Further, though the government has portrayed this move as being beneficial to the people of Jammu and Kashmir, Kashmiris were not consulted and continue to be kept under curfew, highlighting the lack of trust between Srinagar and Delhi. This raises the prospect of increased alienation not only among the general population of the Valley, but also among political parties who have in the past worked with the central government to govern the state. Moreover, the secrecy and speed with which this decision was taken is likely to fuel the sense of injustice that many in the Valley already feel towards the Indian government. It remains to be seen whether this will lend itself to greater mobilisation and violence once the curfews and communication blackout are lifted, particularly at a time when militancy in the region is becoming increasingly indigenous, as opposed to primarily comprising recruits from across the Line of Control.
The only way in which the abrogation of Article 370 is likely to be challenged is via India’s Supreme Court, which had previously concluded that the article was permanent. Ordinarily, the presidential order necessary for such a move would require the concurrence of the state assembly. However, this was dissolved in June 2018 and the state has since transitioned to president’s rule. Under these circumstances, the government has interpreted that the governor is qualified to provide concurrence. However, this is unclear, as the governor is centrally appointed and is not an elected representative.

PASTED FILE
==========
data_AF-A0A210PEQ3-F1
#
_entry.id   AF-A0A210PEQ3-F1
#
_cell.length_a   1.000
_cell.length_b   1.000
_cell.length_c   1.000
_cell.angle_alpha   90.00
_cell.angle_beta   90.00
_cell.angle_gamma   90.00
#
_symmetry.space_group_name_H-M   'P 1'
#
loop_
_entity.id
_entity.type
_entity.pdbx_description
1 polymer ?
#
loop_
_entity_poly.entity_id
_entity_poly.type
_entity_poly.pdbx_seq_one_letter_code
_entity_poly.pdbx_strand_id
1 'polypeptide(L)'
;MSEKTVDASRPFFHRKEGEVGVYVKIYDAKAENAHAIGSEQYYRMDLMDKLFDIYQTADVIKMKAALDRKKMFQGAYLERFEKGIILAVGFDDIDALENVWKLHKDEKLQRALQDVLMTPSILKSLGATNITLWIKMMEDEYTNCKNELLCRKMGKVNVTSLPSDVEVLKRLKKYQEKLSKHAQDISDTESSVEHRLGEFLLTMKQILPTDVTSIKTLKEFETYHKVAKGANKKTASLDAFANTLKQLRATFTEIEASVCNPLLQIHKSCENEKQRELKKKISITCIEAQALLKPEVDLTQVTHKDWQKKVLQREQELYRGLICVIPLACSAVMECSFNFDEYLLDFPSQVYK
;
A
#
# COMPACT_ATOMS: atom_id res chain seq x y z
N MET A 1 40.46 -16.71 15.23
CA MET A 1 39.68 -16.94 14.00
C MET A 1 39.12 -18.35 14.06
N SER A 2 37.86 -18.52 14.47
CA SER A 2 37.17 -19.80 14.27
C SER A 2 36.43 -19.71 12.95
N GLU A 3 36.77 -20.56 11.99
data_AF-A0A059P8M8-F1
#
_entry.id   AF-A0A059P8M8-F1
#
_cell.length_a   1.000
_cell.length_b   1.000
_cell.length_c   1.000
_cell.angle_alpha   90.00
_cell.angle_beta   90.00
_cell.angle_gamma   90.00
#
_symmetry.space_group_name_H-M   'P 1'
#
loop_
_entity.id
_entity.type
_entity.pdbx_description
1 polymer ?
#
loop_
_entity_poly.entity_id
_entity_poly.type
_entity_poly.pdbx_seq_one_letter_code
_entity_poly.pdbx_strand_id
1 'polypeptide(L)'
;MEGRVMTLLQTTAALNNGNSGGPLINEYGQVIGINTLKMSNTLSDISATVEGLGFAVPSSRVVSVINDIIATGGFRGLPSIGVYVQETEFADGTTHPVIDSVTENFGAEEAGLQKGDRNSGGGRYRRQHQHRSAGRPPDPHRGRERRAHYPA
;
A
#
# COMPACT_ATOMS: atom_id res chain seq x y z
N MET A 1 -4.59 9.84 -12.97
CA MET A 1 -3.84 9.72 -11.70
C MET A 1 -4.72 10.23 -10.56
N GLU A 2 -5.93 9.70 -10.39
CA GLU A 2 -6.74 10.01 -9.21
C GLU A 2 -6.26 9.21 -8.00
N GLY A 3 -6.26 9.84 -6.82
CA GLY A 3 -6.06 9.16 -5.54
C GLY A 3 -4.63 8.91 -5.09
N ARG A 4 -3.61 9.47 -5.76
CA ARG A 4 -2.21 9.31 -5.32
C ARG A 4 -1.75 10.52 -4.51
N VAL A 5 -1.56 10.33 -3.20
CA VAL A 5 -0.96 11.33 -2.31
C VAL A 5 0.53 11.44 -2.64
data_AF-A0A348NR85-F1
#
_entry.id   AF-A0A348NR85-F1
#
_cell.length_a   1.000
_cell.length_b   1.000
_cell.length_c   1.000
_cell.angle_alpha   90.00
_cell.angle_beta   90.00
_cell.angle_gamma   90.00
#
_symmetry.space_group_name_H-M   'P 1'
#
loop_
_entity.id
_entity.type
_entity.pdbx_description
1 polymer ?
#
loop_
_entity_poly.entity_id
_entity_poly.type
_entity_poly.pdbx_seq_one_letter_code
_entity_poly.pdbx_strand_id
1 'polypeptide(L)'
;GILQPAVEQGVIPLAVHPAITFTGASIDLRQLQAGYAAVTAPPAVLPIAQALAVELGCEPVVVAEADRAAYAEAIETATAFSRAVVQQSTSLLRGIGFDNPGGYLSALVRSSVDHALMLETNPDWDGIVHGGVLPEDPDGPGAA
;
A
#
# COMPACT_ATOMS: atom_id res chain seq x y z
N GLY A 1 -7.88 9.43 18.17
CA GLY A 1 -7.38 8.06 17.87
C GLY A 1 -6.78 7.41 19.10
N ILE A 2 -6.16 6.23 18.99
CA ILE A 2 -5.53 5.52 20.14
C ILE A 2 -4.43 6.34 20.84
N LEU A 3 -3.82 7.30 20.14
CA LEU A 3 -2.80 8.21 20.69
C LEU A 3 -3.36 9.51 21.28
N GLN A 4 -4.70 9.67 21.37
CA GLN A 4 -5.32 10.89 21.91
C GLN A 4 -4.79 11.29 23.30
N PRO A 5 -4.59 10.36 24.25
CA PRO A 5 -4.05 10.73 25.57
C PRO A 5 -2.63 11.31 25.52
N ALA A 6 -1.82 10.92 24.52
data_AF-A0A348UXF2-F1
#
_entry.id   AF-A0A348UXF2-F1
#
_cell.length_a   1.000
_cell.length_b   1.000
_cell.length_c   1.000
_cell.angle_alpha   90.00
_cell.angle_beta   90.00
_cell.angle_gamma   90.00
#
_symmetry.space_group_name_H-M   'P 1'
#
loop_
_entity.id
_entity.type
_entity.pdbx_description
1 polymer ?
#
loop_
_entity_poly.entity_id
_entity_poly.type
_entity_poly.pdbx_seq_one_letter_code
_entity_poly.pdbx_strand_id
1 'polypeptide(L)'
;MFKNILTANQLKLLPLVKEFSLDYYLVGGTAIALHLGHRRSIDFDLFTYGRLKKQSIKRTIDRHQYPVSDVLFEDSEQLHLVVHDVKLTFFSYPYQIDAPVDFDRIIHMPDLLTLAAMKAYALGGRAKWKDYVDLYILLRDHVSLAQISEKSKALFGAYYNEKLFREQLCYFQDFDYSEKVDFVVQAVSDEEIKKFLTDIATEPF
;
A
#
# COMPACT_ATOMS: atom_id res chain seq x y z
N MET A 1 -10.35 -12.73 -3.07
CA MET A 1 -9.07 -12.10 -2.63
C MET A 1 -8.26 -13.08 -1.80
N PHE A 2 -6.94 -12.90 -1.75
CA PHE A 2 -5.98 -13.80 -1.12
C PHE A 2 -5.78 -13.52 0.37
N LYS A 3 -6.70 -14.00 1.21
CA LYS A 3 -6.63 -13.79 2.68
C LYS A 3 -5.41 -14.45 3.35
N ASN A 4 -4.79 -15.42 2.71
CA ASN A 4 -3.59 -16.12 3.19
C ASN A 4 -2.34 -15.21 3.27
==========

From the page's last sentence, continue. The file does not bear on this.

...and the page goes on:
Pakistan, a party to the dispute over the territory of Jammu and Kashmir, has reacted sharply to the move, alleging the danger of a so-called ‘ethnic cleansing’ in the Kashmir Valley under the cloak of the information blackout. However, the levers available to Pakistan to influence India are limited, as reflected in the actions it has proposed to take, which include downgrading of diplomatic ties and cutting off bilateral trade, both of which are unlikely to have a significant impact and do little to assist Kashmiris.
The most likely recourse for Pakistan is diplomatic, and it has renewed its push to highlight the issue in international forums and bilateral discussions. However, international reaction has been relatively neutral, with statements generally calling for restraint from both sides and for dialogue towards peaceful resolution. There was, however, criticism from China, though this seemed more in relation to its own disputed border with India. Surprisingly, despite being members of the Organisation of Islamic Cooperation, whose contact group on Jammu and Kashmir criticised the move by the Indian government, the UAE and Maldives have stated that this was an ‘internal matter’ for India. None of this changes the fact that the territory will continue to be viewed as disputed internationally and as Indian territory within India.
Thus, while there seems to be little the international community is willing to do at the moment, this might change if the information blackout is prolonged or if conditions in the Kashmir Valley deteriorate once restrictions are lifted. The challenge for the government now is the delivery of its promises in an environment of precarious security and widespread mistrust. Prime Minister Narendra Modi, in a special address to the nation, reiterated these promises and attempted to reassure the population, even suggesting a possible path to restoration of Jammu and Kashmir’s statehood (excluding Ladakh, which has long sought union territory status). However, his speech is unlikely to have been accessible to people in Kashmir, who remained in the dark, and it did little to address the issue of how the opinion of Kashmiri stakeholders was circumvented in the implementation of a monumental decision having a direct impact on them.
The views expressed in this Commentary are the author's, and do not represent those of RUSI or any other institution.
International Security Studies